HIS4140 – Objects and Identities in the Viking Age (c.750-c.1050)
Viking Age Europe is a useful term to approach the history of Northern Europe from c. 750 to c. 1050. In this period, Scandinavia was characterized by a high degree of social mobility and profound socio-political changes. The Scandinavian emigration of the ninth and tenth centuries left noticeable imprints on adjacent regions such as Carolingian Francia, Anglo-Saxon England, the North Atlantic and Eastern Europe. The political and religious impacts of Ottonian Germany, Anglo-Saxon England, early Rus’ and Byzantium on tenth- and eleventh-century Scandinavia were equally important. These waves of mutual interaction defined the history of Viking Age Europe and the ways in which social and political communities were shaped there and various identities were forged and manifested.
This course will employ an interdisciplinary approach to the social history of the Viking Age (with an emphasis on mainland Scandinavia and its interactions with neighboring countries) and the significance of certain types of objects in their construction. The first three classes will provide an introduction to the historical period and relevant historiography. The second part of the course (weeks 4–7) will look at the traditional social categories of identity, namely, ethnicity, religion, social status, and gender, and their significance for multiple identities in Viking Age Scandinavia. While doing so, the course will overview an on-going theoretical debate on the category of identity in sociology, social psychology, and sociolinguistics, as well as the relevant historiographic debates on ethnic and religious identities in the Early Middle Ages. The third part (weeks 8–12) will focus on several material objects that functioned as important symbolic markers of identities and exemplify the use of material evidence in historical studies.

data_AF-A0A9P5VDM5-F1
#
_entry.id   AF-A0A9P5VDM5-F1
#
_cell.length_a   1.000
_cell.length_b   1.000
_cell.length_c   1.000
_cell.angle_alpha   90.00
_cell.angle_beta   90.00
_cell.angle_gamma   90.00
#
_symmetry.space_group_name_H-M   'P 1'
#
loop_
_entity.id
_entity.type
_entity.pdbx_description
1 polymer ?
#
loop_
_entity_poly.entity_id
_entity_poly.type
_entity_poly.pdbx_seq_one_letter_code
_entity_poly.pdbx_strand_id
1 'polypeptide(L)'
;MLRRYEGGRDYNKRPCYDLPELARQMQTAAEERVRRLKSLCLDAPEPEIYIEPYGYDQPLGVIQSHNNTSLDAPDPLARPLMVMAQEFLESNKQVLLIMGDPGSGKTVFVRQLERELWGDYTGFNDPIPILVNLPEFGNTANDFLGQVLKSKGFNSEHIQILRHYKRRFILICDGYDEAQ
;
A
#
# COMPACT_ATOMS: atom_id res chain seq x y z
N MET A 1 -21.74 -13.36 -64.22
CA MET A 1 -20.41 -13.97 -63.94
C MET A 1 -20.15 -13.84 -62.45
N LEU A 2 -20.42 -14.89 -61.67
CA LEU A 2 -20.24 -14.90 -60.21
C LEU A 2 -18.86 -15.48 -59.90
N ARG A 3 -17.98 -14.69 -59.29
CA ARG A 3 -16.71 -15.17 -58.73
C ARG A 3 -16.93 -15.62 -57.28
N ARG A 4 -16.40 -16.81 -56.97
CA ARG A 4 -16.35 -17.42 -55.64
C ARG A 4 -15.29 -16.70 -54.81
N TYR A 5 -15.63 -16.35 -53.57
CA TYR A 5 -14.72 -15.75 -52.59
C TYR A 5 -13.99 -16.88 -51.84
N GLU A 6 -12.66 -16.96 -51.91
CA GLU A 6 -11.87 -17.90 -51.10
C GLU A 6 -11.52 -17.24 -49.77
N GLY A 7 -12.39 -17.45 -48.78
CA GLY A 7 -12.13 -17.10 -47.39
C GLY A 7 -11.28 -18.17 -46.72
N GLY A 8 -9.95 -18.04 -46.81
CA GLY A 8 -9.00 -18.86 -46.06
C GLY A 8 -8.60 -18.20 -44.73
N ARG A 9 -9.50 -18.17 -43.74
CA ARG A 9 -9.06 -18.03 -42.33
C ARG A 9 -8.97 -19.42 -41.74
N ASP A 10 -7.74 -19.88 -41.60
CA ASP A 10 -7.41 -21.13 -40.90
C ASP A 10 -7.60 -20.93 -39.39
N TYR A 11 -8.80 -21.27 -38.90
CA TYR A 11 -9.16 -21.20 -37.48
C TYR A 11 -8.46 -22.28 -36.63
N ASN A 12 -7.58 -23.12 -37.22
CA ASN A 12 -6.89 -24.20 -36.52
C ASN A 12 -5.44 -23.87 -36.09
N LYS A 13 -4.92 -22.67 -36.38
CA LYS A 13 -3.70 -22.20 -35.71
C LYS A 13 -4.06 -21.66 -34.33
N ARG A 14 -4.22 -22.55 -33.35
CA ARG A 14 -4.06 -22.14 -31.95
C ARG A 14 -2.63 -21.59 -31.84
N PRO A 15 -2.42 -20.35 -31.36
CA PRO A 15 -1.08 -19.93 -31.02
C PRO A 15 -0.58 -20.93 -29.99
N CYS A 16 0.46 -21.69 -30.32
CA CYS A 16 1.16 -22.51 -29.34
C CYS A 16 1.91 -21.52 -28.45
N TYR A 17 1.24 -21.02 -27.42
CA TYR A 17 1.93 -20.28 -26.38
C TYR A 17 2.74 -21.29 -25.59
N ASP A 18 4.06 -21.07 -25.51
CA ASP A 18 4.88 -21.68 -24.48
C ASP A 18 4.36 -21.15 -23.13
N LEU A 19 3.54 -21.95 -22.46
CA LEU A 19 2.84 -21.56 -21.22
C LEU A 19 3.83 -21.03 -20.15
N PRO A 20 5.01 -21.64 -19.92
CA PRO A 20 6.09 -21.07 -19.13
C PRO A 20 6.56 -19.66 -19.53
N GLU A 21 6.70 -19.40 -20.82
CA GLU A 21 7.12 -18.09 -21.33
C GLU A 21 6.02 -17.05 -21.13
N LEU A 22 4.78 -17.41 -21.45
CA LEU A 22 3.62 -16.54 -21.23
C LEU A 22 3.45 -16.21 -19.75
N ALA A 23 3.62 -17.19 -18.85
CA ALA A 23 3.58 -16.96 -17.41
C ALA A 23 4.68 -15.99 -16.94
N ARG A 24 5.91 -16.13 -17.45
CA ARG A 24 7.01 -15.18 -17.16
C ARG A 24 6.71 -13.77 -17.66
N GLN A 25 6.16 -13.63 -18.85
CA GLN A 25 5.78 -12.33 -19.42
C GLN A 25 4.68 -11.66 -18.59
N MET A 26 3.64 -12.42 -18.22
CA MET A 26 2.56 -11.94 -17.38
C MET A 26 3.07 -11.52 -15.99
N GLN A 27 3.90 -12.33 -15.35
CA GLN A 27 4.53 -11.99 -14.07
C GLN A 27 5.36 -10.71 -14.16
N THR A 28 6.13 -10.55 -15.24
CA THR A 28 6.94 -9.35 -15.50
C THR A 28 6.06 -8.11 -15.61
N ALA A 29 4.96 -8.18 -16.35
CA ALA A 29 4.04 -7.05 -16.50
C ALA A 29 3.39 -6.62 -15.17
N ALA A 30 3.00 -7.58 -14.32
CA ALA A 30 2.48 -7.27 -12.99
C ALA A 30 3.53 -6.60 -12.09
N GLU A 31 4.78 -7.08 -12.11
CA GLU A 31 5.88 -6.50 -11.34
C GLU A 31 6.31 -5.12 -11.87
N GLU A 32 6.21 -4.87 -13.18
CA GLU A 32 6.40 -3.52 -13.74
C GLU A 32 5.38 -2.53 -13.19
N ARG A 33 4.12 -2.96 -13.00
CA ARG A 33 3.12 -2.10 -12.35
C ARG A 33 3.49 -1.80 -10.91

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Recommended previous knowledge
A good ability to read and understand English is required for this course.
The course will be taught in the form of seminars via discussion of assigned readings (2/45 per week (12 meetings in total)). Regular attendance and participation in discussions (4 active participations minimum per course) will be required. More information about obligatory activities will be announced at the first meeting.
Access to teaching
A student who has completed compulsory instruction and coursework and has had these approved, is not entitled to repeat that instruction and coursework. A student who has been admitted to a course, but who has not completed compulsory instruction and coursework or had these approved, is entitled to repeat that instruction and coursework, depending on available capacity.
3-days take-home examination: The students have three days to write an assignment. The length of the assignment should be 6-10 standard pages (2300 characters without spacing). The exam assignment will be published in Inspera at 11:00 on the first day of the exam. For time and date for the exam, see the semester page.
Submit assignments in Inspera
You submit your assignment in the digital examination system Inspera. Read about how to submit assignments in Inspera.
Use of sources and citation
Grades are awarded on a scale from A to F, where A is the best grade and F is a fail. Read more about the grading system.
Explanations and appeals
Resit an examination
Withdrawal from an examination
It is possible to take the exam up to 3 times. If you withdraw from the exam after the deadline or during the exam, this will be counted as an examination attempt.
Special examination arrangements
Application form, deadline and requirements for special examination arrangements.
Students’ own work can be in either English or Norwegian